Tuesday, November 29, 2011
One of the things weavers new to selling their work don't understand at first is the aspect of marketing/selling and how much time winds up in the details of getting their textiles ready for sale and then actually offering them for sale to the public.
It is legally required in Canada and the US (and I assume other countries) that textiles be labelled with fibre content and care. In Canada, household textiles and fashion accessories can be labelled with a simple hang tag. Garments must have 'permanent' labels (with permanent defined as 10 cleanings or launderings).
It is one reason why I don't make garments - I don't want to have to deal with the issue of permanent labels. To buy commerically made labels generally means an order of at least 100, more usually more than that in order to get a decent price and since I often change the yarns I use, I'd be constantly running into the problem of changing fibre content.
Getting the textiles labelled takes time. The system I now use is that of a paper hang tag with my name, logo, a little marketing promotion on the front with a small hote drilled in the top of the tag. On the back I apply a label with general washing instructions and then hand write in the fibre content as required. Once the labels are ready I use a stem gun with 1 inch stems to attach the labels to the textile. Sometimes I price them at the same time, sometimes I leave the pricing for later.
This is just one of the unseen - and largely unpaid - jobs that newbies to selling don't take into consideration in their pricing formula.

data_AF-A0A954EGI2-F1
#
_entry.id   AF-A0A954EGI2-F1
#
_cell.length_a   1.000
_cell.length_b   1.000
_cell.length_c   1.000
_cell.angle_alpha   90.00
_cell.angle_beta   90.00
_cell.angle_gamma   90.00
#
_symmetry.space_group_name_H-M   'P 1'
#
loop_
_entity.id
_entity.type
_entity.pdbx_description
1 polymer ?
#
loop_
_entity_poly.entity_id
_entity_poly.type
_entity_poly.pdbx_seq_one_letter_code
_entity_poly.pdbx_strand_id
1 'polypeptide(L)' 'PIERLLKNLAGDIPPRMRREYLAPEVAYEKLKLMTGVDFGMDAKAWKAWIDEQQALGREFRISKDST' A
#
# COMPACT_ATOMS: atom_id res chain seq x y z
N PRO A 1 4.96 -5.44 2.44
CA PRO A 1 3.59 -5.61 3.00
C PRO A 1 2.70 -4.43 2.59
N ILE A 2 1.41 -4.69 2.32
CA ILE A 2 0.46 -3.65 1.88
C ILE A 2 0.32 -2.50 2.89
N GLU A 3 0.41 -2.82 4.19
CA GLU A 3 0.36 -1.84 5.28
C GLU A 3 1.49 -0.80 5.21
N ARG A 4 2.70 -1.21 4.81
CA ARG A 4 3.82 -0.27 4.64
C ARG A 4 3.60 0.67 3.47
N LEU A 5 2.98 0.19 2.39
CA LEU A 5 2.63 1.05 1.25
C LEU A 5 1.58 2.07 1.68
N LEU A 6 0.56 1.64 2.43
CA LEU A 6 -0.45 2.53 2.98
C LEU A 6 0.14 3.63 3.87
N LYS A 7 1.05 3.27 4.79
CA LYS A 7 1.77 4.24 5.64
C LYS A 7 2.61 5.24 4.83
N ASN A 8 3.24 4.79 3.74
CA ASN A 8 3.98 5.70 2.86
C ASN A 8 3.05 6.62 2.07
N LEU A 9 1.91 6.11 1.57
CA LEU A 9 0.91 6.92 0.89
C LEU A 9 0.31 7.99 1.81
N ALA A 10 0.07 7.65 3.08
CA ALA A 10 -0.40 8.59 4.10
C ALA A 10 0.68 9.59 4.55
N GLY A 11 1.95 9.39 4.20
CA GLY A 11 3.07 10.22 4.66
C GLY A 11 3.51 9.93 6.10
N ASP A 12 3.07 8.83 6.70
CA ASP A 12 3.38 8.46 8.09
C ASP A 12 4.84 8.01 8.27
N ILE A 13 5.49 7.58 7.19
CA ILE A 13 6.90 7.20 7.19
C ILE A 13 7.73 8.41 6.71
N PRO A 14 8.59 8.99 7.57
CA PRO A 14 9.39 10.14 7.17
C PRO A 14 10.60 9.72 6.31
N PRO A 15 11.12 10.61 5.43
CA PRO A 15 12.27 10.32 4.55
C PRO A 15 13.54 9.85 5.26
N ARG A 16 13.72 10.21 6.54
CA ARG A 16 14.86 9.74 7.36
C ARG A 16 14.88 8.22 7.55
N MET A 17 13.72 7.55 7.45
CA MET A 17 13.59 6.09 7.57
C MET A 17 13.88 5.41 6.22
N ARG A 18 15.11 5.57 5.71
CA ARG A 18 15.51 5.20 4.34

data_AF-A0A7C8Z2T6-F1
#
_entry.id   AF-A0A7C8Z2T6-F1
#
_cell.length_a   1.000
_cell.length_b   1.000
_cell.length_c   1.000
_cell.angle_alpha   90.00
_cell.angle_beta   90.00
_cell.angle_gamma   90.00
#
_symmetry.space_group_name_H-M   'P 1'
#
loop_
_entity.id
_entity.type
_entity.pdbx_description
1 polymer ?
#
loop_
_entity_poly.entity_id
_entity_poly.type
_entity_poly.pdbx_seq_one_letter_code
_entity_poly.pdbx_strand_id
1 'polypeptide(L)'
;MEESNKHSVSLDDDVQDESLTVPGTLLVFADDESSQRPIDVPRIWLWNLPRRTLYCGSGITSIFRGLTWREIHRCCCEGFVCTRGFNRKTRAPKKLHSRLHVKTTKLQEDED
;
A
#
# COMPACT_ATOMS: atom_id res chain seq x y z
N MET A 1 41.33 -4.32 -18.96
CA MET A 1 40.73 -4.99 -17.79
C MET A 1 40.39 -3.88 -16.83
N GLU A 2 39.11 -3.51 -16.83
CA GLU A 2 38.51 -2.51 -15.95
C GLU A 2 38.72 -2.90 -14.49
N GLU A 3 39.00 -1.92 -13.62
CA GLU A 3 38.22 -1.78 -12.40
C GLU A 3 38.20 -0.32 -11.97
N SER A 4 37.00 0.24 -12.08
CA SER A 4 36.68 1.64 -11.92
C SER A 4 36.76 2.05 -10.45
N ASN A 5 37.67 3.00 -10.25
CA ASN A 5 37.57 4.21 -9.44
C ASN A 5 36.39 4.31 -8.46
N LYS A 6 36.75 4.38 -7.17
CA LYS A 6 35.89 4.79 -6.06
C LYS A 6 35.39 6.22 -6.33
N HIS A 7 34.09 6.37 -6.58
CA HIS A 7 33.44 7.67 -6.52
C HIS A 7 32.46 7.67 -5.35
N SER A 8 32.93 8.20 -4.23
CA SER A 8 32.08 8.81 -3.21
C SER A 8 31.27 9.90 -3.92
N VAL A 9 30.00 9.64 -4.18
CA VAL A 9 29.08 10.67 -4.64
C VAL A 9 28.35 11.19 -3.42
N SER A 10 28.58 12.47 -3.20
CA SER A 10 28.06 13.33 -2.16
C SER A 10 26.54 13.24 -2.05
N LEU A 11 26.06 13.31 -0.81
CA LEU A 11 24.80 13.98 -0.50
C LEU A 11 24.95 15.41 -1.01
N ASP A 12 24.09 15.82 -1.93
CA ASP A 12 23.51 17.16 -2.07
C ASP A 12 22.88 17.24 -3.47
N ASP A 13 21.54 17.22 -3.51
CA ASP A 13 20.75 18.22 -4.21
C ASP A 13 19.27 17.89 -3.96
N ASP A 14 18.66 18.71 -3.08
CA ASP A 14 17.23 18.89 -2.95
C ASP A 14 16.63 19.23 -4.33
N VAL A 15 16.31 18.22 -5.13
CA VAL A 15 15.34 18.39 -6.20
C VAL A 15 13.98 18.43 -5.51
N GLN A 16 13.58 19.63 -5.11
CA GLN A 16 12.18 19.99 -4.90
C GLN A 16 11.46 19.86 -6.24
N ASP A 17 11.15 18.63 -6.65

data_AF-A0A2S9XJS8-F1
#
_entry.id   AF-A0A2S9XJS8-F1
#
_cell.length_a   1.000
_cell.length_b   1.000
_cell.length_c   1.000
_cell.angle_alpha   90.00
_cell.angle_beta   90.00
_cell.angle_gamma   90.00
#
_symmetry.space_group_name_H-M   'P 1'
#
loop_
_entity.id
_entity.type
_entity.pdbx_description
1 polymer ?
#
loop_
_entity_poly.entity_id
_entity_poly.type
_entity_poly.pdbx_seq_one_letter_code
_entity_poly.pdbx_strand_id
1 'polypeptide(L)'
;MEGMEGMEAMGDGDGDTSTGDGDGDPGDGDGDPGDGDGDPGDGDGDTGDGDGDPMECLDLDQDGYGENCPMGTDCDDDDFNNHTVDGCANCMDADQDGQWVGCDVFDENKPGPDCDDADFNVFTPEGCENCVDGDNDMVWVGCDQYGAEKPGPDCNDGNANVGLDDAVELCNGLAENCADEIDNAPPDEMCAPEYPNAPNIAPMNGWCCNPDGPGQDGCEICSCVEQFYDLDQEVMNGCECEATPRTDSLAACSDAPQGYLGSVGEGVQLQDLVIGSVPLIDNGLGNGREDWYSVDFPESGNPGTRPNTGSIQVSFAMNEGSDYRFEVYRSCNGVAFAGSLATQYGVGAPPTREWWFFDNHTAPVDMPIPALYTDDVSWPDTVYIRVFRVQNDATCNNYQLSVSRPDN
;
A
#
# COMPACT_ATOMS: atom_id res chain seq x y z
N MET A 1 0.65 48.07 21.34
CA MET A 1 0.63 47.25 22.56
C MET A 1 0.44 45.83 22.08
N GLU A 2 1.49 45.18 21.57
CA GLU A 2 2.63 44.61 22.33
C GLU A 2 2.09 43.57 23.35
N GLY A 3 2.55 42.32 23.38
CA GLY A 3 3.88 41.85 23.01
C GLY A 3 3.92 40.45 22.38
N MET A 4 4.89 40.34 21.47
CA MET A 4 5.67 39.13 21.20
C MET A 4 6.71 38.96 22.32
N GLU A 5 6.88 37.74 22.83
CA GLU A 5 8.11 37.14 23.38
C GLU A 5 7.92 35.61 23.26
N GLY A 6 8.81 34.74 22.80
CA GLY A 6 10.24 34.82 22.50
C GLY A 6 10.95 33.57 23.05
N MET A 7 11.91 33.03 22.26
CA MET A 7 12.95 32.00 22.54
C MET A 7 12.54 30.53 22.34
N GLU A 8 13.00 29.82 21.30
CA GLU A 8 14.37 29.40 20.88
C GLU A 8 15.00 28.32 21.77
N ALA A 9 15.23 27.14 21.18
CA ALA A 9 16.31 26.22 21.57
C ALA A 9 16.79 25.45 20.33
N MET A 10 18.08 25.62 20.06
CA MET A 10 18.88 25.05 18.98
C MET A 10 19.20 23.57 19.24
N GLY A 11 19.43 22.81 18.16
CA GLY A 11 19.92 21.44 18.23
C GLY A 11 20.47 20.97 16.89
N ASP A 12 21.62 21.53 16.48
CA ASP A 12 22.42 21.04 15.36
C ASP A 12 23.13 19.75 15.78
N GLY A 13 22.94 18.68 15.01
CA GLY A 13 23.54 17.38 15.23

Most new sellers come up with a price that will cover the cost of their materials with maybe a little extra for their time to make the cloth but they don't cover things like overhead (all the expenses that continue regardless of whether or not one is actually making something), and the myriad expenses involved in marketing.
The problem with marketing is that largely it is more expenditure of time rather than money, although money can also be spent - the aforementioned tags/labels, booth fees, travelling to and from shows, website fees when selling on line, banking fees (including Paypal, Art Fire, etsy, eBay fees) and so on and so forth. It is these expenses that get covered in the retail mark up portion of one's price calculation.
If the weaver does not have a retail mark up in their formula, then they will be working for nothing, or else working at a loss as those expenses are not covered except for coming out of the weaver's pocket.
From time to time people ask me to submit articles for guild newsletters on the business of selling. From time to time I give seminars - usually discussing pricing issues. I'm wondering if people would be interested in a small publication geared toward business issues of selling weaving......?
(Yes, that's a handwoven tablecloth on my table - Swedish Snowflake, woven double width in order to get a cloth wide enough to cover my table properly. And yes, it was a once in a lifetime project, never to be repeated!)